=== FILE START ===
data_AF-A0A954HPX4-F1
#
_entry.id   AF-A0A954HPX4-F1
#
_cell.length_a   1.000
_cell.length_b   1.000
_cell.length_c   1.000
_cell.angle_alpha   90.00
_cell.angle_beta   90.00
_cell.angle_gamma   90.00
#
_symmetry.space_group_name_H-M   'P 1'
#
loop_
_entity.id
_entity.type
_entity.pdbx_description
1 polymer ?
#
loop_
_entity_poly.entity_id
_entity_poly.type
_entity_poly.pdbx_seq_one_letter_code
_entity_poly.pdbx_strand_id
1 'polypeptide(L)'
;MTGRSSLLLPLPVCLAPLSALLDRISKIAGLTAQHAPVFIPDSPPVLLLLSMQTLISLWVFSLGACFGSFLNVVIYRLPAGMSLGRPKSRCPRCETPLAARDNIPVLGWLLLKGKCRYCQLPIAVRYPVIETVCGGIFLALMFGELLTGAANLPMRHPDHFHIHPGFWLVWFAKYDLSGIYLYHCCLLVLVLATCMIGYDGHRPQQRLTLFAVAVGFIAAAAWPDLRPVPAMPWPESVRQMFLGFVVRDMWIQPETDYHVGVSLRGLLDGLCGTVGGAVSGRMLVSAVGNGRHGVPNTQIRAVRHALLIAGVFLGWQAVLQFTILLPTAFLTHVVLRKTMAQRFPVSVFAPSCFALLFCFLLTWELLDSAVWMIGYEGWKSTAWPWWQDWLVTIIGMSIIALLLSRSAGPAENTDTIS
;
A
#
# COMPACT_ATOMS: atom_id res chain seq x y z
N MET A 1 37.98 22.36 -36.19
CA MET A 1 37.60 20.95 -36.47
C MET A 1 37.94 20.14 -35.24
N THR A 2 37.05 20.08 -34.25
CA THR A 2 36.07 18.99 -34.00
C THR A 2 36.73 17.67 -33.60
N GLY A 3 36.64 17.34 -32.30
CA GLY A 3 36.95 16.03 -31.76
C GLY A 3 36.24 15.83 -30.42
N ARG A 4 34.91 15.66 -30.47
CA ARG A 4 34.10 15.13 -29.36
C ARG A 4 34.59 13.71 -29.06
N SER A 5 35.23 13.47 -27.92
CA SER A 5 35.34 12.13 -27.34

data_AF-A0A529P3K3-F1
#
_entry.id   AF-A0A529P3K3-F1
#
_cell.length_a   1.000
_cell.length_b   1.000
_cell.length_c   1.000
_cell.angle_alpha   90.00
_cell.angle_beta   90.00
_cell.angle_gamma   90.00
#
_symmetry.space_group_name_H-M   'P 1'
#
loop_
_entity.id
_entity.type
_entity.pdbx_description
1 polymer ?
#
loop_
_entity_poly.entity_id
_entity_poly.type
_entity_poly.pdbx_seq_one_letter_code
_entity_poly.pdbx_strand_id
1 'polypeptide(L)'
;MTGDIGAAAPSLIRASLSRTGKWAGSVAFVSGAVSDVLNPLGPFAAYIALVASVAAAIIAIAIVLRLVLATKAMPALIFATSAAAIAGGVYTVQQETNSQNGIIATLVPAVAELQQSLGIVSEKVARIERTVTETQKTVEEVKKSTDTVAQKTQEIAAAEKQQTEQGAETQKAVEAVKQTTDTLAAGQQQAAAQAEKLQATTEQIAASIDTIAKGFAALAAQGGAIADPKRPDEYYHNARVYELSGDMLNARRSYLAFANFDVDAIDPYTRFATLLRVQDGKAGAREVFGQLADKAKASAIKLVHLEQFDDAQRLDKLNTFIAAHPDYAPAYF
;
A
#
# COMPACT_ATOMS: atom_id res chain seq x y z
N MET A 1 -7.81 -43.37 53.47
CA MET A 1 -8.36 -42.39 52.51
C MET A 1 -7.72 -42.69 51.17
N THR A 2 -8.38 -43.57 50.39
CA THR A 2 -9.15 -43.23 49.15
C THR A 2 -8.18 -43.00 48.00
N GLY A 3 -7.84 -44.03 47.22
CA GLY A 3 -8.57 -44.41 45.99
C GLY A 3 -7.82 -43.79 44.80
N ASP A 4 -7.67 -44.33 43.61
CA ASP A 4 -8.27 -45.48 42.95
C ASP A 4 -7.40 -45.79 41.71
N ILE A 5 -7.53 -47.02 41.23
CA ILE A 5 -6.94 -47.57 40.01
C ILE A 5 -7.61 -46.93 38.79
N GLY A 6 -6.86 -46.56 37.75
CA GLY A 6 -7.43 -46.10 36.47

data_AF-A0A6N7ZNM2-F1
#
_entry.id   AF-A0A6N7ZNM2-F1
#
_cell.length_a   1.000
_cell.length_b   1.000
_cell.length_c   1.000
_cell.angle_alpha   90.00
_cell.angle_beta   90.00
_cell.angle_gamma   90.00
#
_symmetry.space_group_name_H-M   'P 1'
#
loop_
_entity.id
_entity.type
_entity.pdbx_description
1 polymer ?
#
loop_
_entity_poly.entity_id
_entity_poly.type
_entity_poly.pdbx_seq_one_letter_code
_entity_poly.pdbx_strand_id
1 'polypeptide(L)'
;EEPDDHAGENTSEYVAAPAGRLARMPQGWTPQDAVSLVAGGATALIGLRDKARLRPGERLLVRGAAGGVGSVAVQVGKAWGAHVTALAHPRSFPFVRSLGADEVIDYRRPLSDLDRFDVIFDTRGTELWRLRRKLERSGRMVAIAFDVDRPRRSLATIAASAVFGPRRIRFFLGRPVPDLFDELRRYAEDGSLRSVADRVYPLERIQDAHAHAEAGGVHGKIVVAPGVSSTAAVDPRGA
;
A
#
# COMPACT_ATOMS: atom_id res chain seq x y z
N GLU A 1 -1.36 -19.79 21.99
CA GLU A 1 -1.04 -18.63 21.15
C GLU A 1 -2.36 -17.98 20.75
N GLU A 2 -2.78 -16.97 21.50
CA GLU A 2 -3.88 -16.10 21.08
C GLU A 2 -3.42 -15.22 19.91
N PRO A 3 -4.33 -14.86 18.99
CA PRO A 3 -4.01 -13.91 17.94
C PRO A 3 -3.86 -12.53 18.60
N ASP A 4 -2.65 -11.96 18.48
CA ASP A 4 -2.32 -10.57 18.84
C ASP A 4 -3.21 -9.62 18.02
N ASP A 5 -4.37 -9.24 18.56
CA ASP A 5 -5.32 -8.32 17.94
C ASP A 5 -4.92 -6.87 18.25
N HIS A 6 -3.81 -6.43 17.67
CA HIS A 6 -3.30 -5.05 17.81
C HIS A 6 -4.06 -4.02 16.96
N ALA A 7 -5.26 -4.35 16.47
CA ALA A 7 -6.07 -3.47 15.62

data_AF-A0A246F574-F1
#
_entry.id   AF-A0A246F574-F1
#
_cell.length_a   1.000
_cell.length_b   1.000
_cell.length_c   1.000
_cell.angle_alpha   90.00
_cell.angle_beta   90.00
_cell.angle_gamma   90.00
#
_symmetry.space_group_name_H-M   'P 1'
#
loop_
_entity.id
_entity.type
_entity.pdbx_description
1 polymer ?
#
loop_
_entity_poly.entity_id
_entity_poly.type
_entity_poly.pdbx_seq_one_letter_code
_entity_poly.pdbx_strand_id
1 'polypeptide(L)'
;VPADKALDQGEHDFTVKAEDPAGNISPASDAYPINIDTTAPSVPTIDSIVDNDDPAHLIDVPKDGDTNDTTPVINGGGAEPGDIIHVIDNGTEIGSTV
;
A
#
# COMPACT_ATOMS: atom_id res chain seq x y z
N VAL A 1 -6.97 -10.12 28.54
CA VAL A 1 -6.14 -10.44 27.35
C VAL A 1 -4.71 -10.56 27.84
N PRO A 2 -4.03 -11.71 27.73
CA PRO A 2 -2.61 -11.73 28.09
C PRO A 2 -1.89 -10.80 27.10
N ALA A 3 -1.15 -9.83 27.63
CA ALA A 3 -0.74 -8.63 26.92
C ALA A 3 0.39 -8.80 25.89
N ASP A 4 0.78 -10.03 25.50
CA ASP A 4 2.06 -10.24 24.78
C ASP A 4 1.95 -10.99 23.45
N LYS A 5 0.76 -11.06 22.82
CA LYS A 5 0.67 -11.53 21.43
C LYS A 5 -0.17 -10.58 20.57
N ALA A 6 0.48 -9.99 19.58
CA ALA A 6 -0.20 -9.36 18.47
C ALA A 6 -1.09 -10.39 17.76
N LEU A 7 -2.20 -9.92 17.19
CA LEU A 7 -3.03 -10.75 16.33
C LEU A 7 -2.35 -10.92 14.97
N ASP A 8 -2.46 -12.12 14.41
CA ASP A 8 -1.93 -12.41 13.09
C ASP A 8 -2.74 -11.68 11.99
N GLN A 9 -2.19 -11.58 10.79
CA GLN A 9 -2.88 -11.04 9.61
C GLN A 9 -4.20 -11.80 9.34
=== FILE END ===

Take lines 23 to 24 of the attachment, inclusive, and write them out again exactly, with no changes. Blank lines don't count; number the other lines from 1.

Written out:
_entity_poly.pdbx_seq_one_letter_code
_entity_poly.pdbx_strand_id